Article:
And then there was none… hair that is. One year later…
Sometimes I don’t’ know how to react, or what to say, when others try to console me because they think I’m dealing with cancer. They cheer for me in my races, and they tell me I’m beautiful, and they tell me I remind them of their battle. I usually just smile and say thank you. Only when someone directly asks me about my cancer do I correct them and tell them that I have Alopecia. Most of them don’t know what that is, and most of the time I don’t feel like explaining it to them because of how inappropriate I think they were in asking me about cancer. Even if I did have cancer, I don’t think it’s appropriate to ask a perfect stranger about how they are dealing with it. I’m sure dealing with cancer is hard enough without having to explain it to strangers.
But I don’t have cancer. I have Alopecia Universalis. People ask me all the time about what treatment I’m doing for it. I’m not. I’ve tried all the treatments I’m willing to try at this time. I don’t want to take expensive drugs that cause more problems than what I already have. And what I already have is No Hair. Otherwise, I am perfectly healthy. Since I started losing my hair, I have done multiple 5K races, 10K races, a half marathon, and just completed my second triathlon. And all without hair.
Don’t get me wrong, I love my wigs, and they make me feel and look more like my “normal” self. It took me a while to get comfortable not wearing hair, but over the past year, it has pretty much become the norm for me. I wear hair to work, because I don’t want to take away from my patient’s experiences, and their time is precious. Their visit to my clinic is not about me, it is about them. I still remember the first time I went out to dinner without my hair or a hat. I had done it pretty much out of spite because my boyfriend had just told me that I HAD to wear my hair to one of his colleague’s weddings. I told him that he did not get to make that decision for me and what would he do if I decided to never wear hair again. I was heartbroken at his response: “Is that really an option? I don’t know”. Well, in my opinion, that was the most wrong answer he ever could have given. So the next time we went out, I didn’t wear hair. I was so uncomfortable and constantly looking around to see if people were staring or whispering. Surprisingly, they weren’t.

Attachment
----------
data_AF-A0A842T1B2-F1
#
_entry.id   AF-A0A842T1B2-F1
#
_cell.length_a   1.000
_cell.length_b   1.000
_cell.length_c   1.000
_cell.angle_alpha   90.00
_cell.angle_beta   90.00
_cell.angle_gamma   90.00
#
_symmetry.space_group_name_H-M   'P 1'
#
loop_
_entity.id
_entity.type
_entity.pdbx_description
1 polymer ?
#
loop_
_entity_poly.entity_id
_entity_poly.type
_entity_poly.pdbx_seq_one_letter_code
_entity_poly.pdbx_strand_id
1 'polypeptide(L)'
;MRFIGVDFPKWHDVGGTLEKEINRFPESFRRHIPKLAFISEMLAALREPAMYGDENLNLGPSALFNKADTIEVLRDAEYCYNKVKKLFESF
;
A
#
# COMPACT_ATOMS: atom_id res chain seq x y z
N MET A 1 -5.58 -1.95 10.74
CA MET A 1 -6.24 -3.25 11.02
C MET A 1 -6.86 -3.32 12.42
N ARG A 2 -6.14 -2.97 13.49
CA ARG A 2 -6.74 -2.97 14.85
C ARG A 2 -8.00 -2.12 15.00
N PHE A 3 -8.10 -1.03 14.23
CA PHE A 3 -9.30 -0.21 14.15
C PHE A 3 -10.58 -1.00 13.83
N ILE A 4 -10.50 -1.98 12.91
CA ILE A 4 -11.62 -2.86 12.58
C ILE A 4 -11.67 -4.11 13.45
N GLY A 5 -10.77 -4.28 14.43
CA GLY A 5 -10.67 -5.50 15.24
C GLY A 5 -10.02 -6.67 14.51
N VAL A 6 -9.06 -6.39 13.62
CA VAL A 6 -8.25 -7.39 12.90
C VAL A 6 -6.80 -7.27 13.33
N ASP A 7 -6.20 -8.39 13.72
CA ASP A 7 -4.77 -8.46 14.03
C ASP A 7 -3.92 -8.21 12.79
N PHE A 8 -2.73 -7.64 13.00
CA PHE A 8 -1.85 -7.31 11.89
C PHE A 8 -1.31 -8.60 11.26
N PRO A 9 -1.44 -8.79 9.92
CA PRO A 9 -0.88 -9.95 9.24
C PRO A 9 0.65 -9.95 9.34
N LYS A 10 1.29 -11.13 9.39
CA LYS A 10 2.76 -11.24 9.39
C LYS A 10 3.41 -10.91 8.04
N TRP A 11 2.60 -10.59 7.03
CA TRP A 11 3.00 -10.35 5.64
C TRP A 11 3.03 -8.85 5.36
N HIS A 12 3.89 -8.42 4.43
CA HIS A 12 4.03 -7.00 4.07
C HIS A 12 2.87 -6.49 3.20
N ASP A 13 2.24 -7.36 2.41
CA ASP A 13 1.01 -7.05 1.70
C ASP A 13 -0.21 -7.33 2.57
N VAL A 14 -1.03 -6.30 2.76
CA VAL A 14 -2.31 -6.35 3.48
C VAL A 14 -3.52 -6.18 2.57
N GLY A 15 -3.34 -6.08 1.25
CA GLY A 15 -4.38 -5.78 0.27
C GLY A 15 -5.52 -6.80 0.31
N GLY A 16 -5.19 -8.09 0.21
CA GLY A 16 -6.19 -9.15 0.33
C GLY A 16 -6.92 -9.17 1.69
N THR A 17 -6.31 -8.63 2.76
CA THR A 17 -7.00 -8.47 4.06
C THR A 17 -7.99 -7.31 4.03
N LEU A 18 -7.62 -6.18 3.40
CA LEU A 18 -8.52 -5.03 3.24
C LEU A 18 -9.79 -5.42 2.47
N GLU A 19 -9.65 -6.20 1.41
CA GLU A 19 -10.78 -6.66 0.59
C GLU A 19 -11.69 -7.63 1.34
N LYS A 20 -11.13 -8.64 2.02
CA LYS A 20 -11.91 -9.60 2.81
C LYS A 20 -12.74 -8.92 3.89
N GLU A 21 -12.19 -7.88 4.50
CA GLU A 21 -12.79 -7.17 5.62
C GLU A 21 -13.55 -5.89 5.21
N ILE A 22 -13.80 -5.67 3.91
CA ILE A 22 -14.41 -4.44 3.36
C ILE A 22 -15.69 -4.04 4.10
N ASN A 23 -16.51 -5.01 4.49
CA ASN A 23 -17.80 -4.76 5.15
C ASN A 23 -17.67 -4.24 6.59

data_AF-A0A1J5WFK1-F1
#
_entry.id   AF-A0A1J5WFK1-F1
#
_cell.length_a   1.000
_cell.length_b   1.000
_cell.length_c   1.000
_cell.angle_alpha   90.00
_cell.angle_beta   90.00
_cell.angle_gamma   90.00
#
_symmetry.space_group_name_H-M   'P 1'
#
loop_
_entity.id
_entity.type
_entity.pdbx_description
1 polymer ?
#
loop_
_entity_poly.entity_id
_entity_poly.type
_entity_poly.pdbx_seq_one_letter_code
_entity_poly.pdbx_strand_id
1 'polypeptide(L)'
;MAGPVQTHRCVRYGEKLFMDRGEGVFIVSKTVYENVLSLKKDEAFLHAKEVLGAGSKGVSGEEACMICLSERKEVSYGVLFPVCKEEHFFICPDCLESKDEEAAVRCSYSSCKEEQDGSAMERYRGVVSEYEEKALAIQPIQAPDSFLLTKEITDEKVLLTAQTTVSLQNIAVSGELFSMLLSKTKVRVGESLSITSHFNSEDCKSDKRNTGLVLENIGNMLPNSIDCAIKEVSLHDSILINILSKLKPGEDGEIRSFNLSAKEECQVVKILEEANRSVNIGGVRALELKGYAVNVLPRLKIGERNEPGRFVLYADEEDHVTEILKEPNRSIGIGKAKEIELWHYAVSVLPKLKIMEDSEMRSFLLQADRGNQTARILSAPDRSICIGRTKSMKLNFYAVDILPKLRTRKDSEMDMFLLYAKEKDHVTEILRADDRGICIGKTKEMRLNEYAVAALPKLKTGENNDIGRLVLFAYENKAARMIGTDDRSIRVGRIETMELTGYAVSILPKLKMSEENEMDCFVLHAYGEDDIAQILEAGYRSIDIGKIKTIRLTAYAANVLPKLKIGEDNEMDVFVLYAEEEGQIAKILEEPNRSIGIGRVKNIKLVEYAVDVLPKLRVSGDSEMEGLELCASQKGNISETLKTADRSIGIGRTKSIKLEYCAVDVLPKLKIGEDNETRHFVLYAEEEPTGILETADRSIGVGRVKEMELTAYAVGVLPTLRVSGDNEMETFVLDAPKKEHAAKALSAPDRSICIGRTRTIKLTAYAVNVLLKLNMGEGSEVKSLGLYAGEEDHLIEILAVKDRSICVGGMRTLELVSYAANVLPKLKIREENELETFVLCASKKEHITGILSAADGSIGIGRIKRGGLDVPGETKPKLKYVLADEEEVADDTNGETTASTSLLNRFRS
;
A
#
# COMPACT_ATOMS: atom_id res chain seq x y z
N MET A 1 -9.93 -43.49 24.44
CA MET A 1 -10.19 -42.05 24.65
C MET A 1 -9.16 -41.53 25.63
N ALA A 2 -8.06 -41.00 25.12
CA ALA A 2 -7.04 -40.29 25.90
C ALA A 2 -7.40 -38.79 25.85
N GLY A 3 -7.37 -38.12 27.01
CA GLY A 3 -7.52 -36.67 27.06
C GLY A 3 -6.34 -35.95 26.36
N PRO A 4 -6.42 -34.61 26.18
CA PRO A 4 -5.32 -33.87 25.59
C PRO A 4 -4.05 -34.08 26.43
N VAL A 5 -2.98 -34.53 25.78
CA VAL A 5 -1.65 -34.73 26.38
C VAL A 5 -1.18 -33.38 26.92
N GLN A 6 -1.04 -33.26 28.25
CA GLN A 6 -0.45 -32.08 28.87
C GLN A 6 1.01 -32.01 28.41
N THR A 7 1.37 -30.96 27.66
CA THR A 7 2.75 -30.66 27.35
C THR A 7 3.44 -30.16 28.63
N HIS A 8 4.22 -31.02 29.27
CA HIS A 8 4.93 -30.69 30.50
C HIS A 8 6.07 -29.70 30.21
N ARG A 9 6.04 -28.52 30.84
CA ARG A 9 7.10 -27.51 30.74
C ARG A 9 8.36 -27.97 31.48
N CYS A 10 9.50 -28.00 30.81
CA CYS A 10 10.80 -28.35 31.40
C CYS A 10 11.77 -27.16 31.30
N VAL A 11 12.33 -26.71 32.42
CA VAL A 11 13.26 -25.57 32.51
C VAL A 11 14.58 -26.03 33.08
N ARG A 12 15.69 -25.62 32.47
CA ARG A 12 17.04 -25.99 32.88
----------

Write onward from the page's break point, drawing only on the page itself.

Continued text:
I have found that having Alopecia is a DAILY struggle- with myself. I see old pictures of me with hair. I remember fixing my hair. I hear others talking about hair. And all of this makes me very insecure about not having hair. But then there are other times, I have forgotten that I don’t have hair. There is nothing that I cannot do because I don’t have hair. Every day that I go out in public without hair, my confidence is building. Yes there are those people that stare, children that loudly yell to their parents, “that girl doesn’t have hair”, or those that approach me with their cancer stories, and it hurts my feelings, but then I just keep walking and going about my business. I don’t let it bring me down. When I first started losing my hair, a very good friend of mine kept telling me, “Jennifer, You just have to OWN it.” I really didn’t understand what that meant until recently. I just walk ahead, head held high, a smile on my face, and know that Alopecia is NOT going to bring me down.
I may not have hair, but I am still ME. Those that know me and love me, do not care about my hair. Those that don’t know, well, frankly, they don’t care about my hair either. Yes, I wish all my hair would grow back, because that was part of my identity. But I think at this point I would also be a little sad if it did come back, because I now have a new identity- and I think it’s better than the one I had before!